• harmed or poses a risk of harm to a child or vulnerable adult;
    • satisfied the harm test; or
    • received a caution or conviction for a relevant offence.

This enables the central DBS record to be updated so that subsequent employers are aware of previous incidents. A regulated activity provider is an organisation or individual that is responsible for the management or control of ‘regulated activity’, paid or unpaid, or a person who makes arrangements for people to work in that activity. This will usually be an employer or a voluntary organisation. Clear-cut examples of a ‘regulated activity provider’ include:

  • providers of health and social care services providing care, supervision and advice to children
  • schools, nurseries, crèches and Further Education colleges that provide education to children
  • a specialist educational establishment that provides education to vulnerable groups, such as alternative education.

However, it could also extend to any form of teaching, training, instruction, care or supervision of children (always including any such activities involving overnight stays), as well as driving vehicles used for conveying children, or even moderating an online forum to which children have access. It is fair to say that the law is not very clear on precisely where the boundary is on regulated activities. In seeking to exempt some volunteers who have less frequent contact with children (less than once a week or less than four times in any 30 day period), or those who work ‘under the regular and day to day supervision of others’, it seems an unfortunate gap has been created which could be exploited by serial abusers, who could move on to a new setting without incidents having been recorded. A regulated activity provider can also be a person who simply manages volunteers in a regulated activity position, such as a scout leader or manager in a charitable organisation.

A ‘personnel supplier’ is an employment agency or business that makes arrangements with a person to find them employment. Or they may place that person with other employers. A personnel supplier can also be an educational institution which arranges for its students to undertake work experience placements as part of their studies.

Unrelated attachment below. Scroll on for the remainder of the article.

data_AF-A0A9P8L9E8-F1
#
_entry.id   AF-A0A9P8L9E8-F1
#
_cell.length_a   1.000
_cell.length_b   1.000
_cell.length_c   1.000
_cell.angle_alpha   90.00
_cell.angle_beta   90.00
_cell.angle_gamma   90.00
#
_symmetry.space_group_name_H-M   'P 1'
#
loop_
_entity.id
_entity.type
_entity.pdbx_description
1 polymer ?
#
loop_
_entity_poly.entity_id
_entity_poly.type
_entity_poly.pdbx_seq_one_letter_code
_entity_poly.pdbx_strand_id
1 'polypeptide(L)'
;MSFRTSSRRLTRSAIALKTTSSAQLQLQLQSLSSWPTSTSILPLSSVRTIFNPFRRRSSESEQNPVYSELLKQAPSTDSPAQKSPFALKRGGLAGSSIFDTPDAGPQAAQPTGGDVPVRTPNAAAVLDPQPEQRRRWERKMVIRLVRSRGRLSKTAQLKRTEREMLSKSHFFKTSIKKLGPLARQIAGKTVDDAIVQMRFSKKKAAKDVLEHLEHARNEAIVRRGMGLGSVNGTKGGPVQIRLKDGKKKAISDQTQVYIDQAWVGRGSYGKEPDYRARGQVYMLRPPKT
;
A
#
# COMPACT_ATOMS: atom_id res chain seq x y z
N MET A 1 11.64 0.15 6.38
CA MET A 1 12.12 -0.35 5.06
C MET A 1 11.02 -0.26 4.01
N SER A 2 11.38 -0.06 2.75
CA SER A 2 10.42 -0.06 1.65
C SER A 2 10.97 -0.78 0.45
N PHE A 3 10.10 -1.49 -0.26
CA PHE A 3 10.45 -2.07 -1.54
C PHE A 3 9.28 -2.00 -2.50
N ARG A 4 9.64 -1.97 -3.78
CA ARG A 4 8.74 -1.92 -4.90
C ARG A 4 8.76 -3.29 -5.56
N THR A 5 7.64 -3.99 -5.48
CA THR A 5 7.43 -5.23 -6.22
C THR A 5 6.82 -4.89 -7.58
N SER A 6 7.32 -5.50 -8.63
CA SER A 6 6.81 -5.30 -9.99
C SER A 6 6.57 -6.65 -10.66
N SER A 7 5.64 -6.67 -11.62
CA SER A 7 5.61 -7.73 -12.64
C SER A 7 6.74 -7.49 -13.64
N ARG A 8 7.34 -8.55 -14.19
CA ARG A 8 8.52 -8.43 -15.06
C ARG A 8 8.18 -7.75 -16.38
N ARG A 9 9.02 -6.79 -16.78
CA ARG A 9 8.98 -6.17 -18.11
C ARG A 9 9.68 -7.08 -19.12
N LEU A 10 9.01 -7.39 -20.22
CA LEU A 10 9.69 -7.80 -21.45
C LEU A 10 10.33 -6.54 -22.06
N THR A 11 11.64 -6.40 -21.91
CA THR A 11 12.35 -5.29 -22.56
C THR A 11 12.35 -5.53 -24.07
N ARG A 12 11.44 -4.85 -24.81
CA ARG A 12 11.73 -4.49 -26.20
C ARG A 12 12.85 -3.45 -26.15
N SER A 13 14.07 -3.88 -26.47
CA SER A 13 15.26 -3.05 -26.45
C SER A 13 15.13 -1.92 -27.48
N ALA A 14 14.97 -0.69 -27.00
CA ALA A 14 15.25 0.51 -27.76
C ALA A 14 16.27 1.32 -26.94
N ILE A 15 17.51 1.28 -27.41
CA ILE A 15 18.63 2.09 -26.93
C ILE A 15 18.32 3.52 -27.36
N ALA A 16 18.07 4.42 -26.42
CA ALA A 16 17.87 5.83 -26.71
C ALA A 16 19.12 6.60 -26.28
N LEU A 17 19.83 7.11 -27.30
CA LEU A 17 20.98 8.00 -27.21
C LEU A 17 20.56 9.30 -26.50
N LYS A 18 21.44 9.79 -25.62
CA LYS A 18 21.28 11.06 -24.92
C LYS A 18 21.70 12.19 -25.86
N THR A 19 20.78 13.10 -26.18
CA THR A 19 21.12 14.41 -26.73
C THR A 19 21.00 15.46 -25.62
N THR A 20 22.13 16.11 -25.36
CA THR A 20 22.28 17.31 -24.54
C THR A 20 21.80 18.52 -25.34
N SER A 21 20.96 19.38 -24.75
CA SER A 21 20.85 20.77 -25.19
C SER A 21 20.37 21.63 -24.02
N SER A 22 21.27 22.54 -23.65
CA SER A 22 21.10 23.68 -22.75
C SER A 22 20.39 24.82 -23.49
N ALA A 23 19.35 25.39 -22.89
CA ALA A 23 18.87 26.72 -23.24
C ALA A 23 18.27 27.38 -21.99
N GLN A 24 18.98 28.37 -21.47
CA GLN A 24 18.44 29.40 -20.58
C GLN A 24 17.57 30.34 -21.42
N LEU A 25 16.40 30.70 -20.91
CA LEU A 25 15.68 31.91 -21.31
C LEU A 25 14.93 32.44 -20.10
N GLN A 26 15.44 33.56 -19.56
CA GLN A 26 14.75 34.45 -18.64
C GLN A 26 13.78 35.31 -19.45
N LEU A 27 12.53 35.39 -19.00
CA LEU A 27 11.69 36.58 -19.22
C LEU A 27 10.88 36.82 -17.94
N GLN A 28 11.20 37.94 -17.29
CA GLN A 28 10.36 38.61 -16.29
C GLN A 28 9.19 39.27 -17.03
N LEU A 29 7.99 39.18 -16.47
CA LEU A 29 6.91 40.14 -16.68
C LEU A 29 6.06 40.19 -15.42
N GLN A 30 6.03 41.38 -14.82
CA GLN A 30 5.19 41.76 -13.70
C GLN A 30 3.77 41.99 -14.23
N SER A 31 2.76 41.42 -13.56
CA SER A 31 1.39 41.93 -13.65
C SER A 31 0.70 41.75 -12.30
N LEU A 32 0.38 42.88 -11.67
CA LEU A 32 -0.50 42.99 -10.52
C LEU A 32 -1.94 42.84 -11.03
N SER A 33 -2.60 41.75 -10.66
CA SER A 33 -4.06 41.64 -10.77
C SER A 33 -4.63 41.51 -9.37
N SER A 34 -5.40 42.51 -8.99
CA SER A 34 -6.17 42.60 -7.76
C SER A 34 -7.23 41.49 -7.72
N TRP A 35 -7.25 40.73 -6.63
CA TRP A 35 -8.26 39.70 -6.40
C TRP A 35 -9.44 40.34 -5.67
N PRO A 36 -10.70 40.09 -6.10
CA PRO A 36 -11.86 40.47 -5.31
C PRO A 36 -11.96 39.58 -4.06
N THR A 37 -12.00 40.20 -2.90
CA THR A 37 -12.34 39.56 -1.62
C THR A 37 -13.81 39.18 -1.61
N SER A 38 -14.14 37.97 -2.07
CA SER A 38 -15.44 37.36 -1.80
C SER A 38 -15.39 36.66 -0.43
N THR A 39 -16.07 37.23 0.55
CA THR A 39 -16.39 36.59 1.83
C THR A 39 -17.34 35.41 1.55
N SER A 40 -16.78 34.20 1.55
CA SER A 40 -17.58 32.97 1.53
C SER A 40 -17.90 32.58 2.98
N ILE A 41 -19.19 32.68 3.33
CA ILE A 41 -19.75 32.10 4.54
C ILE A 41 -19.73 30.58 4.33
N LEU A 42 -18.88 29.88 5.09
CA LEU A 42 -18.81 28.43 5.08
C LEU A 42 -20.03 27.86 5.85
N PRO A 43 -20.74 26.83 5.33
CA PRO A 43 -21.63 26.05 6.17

The importance of sharing information and not turning a blind eye

Early sharing of information is often the key to providing effective early help where there are emerging problems. Indeed, sharing information can be essential to put in place effective child protection services. High profile Serious Case Reviews (SCRs) have shown how poor information sharing in the past has contributed to the deaths or serious injuries of children. Fears about sharing information cannot be allowed to stand in the way of the need to promote the welfare and protect the safety of children.

The seven golden rules to sharing information

  1. Remember that the Data Protection Act 1998 and the Human Rights Act are not absolute barriers to justified information sharing, but provide a framework to ensure that personal information about living individuals is shared appropriately.
  2. Be open and honest with the individual (and/or their family where appropriate) from the outset about why, what, how and with whom information will, or could be shared, and seek their agreement, unless it is unsafe or inappropriate to do so.
  3. Seek professional advice if you are in any doubt about sharing the information concerned, without disclosing the identity of the individual where possible.
  4. Share with the informed consent of the alleged victim where appropriate and, where possible, respect the wishes of those who do not consent to share confidential information. You may still share information without consent if, in your judgement, there is good reason to do so, such as where their safety may be at risk. You will need to base your judgement on the facts of the case. When you are sharing or requesting personal information from someone, be certain of the basis upon which you are doing so. Where you have consent, be mindful that an individual might not expect information to be shared.
  5. Consider safety and well-being: Base your information sharing decisions on considerations of the safety and well-being of the individual and others who may be affected by their actions.
  6. Necessary, proportionate, relevant, adequate, accurate, timely and secure: Ensure that the information you share is necessary for the purpose for which you are sharing it, is shared only with those individuals who need to have it, is accurate and u